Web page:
New York Chiropractic College took on the merger of:

Columbia College of Chiropractic
(1946 - 1954)
Atlantic States Chiropractic Institute

All in all, the mergers brought more cohesion within the profession during the early years.

Which leads us to today. I live and practice law in Ithaca, NY but I handle cases in most of the Finger Lakes Region of the state. Criminal Defense and Personal Injury cases are my current practice focus areas because they allow me to combine my love of forensic science with the law.

Every time I drive up to Seneca Falls Court (in Seneca County) I think of two things:

Don't Blink or You Might Miss the Town

1. My favorite movie: "It's a Wonderful Life" with Jimmy Stewart (supposedly based on the Town of Seneca Falls), and

2. New York Chiropractic College (for obvious reasons).

Seneca Falls has festivals, names, hotels, and cafes that play on the movie connection.
Is Seneca Falls really the "Bedford Falls" in the movie? I love the movie, the connections, and the idea.

The Town of Seneca Falls has converted an old elementary school into their Courthouse/Municipal Building. It is a nice use of the space and structure considering what they have done with it. Resourceful to say the least. The Court can be busy but it is well managed and organized (as upstate Courts go).

I have been privileged over the past 14 years (as a lawyer) to represent, advise, and consult for hundreds of professionals within New Jersey, New York, Pennsylvania, and Florida (Chiropractors, Acupuncturists, Medical Doctors, Osteopaths, etc.) with practice and legal issues.

I am proud of where I have been, what I have learned, and I love to share it with those who seek growth and personal development. My clinical experience (being in the trenches) has allowed me to be truly empathetic with the professional man or woman facing issues.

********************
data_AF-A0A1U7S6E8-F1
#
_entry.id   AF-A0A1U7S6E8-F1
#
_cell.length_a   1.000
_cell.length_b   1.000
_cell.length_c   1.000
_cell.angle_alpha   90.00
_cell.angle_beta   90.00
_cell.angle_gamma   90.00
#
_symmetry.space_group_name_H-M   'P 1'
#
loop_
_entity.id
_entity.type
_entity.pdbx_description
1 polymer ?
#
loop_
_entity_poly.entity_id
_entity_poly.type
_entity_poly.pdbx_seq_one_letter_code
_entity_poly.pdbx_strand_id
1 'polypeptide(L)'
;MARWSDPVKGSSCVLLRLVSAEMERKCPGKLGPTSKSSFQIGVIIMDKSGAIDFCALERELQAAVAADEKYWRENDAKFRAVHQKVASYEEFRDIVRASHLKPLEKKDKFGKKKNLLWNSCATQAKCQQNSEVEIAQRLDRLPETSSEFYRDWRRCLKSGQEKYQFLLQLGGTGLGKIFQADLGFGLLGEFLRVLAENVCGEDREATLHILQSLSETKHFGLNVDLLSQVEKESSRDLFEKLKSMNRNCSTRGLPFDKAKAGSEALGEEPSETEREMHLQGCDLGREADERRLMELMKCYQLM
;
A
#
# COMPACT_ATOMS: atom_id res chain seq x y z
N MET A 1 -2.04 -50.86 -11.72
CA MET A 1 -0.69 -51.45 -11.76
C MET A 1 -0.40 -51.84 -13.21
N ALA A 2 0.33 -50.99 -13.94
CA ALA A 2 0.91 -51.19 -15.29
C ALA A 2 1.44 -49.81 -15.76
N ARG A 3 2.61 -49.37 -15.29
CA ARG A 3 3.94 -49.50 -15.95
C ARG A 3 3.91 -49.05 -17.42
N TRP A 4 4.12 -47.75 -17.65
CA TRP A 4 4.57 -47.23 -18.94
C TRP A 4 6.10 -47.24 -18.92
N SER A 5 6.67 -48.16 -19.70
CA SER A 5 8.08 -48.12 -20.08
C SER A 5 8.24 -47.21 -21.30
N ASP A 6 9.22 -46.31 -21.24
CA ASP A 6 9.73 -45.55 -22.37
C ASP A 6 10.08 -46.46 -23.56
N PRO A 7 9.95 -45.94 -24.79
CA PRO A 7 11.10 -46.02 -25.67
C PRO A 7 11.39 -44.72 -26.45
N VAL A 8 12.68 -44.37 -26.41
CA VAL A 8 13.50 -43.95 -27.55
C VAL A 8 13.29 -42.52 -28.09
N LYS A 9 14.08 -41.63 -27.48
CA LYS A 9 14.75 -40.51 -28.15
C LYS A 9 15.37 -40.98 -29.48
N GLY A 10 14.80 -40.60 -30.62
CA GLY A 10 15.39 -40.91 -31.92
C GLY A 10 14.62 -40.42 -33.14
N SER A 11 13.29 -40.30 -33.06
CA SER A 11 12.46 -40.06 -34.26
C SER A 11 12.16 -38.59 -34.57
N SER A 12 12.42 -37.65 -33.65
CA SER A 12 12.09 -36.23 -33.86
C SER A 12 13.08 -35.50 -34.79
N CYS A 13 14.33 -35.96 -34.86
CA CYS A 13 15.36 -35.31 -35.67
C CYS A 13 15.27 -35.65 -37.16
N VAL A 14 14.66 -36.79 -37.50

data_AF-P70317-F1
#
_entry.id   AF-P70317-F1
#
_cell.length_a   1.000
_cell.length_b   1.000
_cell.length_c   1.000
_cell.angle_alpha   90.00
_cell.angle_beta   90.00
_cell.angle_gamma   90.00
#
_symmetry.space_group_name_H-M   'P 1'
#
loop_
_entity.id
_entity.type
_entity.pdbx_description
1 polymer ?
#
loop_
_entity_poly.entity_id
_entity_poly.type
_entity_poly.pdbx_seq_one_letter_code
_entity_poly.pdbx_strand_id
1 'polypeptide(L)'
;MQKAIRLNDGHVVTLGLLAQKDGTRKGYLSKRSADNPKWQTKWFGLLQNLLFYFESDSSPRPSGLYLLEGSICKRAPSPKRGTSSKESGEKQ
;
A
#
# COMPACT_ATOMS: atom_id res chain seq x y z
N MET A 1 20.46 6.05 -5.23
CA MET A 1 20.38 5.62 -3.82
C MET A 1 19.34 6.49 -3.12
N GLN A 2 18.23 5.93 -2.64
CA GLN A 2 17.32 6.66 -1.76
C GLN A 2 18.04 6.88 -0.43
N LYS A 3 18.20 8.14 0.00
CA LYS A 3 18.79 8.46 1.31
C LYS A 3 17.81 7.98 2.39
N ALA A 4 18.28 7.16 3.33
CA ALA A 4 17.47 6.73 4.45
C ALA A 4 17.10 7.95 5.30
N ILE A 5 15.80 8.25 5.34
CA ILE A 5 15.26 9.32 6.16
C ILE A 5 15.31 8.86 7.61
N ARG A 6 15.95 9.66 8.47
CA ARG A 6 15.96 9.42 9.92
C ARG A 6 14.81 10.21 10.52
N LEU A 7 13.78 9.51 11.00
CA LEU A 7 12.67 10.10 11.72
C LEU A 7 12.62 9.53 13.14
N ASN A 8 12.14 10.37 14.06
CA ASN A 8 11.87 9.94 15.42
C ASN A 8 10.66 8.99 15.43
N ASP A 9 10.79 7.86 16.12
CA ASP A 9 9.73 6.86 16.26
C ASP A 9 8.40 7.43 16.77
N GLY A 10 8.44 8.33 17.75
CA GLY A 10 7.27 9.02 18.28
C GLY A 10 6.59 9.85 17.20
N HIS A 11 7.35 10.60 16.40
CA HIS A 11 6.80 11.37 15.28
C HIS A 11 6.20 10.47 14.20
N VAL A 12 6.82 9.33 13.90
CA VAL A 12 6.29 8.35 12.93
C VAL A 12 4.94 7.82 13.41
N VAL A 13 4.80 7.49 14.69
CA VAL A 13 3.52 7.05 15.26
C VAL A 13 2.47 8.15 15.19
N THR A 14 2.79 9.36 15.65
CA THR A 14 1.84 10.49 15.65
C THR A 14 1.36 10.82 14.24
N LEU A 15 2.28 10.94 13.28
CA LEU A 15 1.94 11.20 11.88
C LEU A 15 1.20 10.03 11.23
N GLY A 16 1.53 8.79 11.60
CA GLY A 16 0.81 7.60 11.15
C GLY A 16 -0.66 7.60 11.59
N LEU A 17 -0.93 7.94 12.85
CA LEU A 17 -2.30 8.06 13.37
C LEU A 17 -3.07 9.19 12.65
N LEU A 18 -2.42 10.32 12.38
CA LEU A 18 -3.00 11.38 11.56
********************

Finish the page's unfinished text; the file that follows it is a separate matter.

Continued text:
Dr. Lawrence Newman

Doctor of Chiropractic
Attorney and Counselor at Law

504 North Aurora Street
Ithaca, NY 14850


Ithaca Enters the Zone or Why We Have a New 20MPH Speed Limit

New Gym at Ithaca High School

We moved to lovely Ithaca, NY in 2006. Ithaca may have begun as a choice but it is also far more than a final destination for us. Moving here has led me to examine and evaluate. It has in a sense slowed us down. My wife and I take walks together. My four children have all attended Ithaca High School. Three have graduated in the years we have been living here (one more to go). I have watched the school go through changes physically as well as philosophically. The community has invested in the structure and growth of the school. The new architecture further mirrors and enhances the direction of the school's progress and growth.

Ithaca High at Night, Beautiful Design Elements and Materials

I believe Ithaca "was and is" a good choice for my family. As much as many here complain about this or that we are privileged to have those that genuinely care.

Which leads me to the how and why of new speed limits in our school zones. As a criminal defense lawyer focusing on traffic violations, DWI, and car accident related  injuries I certainly don't want to live, walk, and have my children in a place where there are NO rules. But why do we have these rules? and why do rules (laws) have to change with time?

New Speed Limits: School Zones Now 20MPH

The front of Ithaca High School lies on Cayuga Street. Car accidents over the past years (on Cayuga Street) have led to recent changes in the speed limits around the High School being changed. I think it is a change long coming. Seeing people speeding in and around the school as kids are crossing the street has always been an issue. I believe that the new school zone speed limits should also be placed on the roads at the rear of the school as well. My wife and I have seen way too many people on the rush up Gun Hill Road (going up to Cornell) driving recklessly, especially with snow and icy conditions.

I think I can understand speeding on some of the main arteries (route 96, route 79, route 89, route 13) coming in and out of Ithaca easier than the little streets downtown. My opinion of this situation is shared by many prosecutors and Judges as well. Going 50 mph in a 20 mph school zone is not going to win you many friends. A word to wise in Upstate New York, when you see any kid/school zones slow way down.

Dr. Lawrence Newman

Doctor of Chiropractic
Attorney and Counselor at Law

504 North Aurora Street
Ithaca, NY 14850